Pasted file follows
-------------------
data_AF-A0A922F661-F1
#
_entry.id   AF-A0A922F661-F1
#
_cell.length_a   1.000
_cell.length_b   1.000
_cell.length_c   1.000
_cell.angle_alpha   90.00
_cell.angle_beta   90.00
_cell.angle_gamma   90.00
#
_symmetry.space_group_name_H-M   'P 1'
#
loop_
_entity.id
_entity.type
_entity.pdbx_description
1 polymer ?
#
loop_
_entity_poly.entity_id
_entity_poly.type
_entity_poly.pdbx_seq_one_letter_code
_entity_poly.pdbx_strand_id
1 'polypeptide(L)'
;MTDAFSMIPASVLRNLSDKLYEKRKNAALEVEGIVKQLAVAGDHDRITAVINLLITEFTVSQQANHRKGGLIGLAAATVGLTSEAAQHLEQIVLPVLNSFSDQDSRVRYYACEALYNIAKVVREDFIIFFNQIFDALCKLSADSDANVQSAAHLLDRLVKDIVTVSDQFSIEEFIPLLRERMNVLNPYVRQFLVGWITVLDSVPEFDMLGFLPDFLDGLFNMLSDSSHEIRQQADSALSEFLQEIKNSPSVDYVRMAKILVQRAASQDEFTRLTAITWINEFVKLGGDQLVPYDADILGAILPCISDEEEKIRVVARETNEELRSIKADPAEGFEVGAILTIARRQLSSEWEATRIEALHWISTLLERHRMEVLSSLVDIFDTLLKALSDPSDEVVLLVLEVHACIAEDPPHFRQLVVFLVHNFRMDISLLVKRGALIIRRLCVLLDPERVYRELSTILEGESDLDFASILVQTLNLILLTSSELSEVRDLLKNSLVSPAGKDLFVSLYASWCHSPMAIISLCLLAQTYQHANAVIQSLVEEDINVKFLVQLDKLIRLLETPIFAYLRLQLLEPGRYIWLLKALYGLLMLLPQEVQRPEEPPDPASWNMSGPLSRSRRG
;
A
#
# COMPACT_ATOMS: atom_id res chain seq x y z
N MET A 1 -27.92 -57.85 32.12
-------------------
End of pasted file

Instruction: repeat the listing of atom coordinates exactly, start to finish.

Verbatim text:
data_AF-A0A922F661-F1
#
_entry.id   AF-A0A922F661-F1
#
_cell.length_a   1.000
_cell.length_b   1.000
_cell.length_c   1.000
_cell.angle_alpha   90.00
_cell.angle_beta   90.00
_cell.angle_gamma   90.00
#
_symmetry.space_group_name_H-M   'P 1'
#
loop_
_entity.id
_entity.type
_entity.pdbx_description
1 polymer ?
#
loop_
_entity_poly.entity_id
_entity_poly.type
_entity_poly.pdbx_seq_one_letter_code
_entity_poly.pdbx_strand_id
1 'polypeptide(L)'
;MTDAFSMIPASVLRNLSDKLYEKRKNAALEVEGIVKQLAVAGDHDRITAVINLLITEFTVSQQANHRKGGLIGLAAATVGLTSEAAQHLEQIVLPVLNSFSDQDSRVRYYACEALYNIAKVVREDFIIFFNQIFDALCKLSADSDANVQSAAHLLDRLVKDIVTVSDQFSIEEFIPLLRERMNVLNPYVRQFLVGWITVLDSVPEFDMLGFLPDFLDGLFNMLSDSSHEIRQQADSALSEFLQEIKNSPSVDYVRMAKILVQRAASQDEFTRLTAITWINEFVKLGGDQLVPYDADILGAILPCISDEEEKIRVVARETNEELRSIKADPAEGFEVGAILTIARRQLSSEWEATRIEALHWISTLLERHRMEVLSSLVDIFDTLLKALSDPSDEVVLLVLEVHACIAEDPPHFRQLVVFLVHNFRMDISLLVKRGALIIRRLCVLLDPERVYRELSTILEGESDLDFASILVQTLNLILLTSSELSEVRDLLKNSLVSPAGKDLFVSLYASWCHSPMAIISLCLLAQTYQHANAVIQSLVEEDINVKFLVQLDKLIRLLETPIFAYLRLQLLEPGRYIWLLKALYGLLMLLPQEVQRPEEPPDPASWNMSGPLSRSRRG
;
A
#
# COMPACT_ATOMS: atom_id res chain seq x y z
N MET A 1 -27.92 -57.85 32.12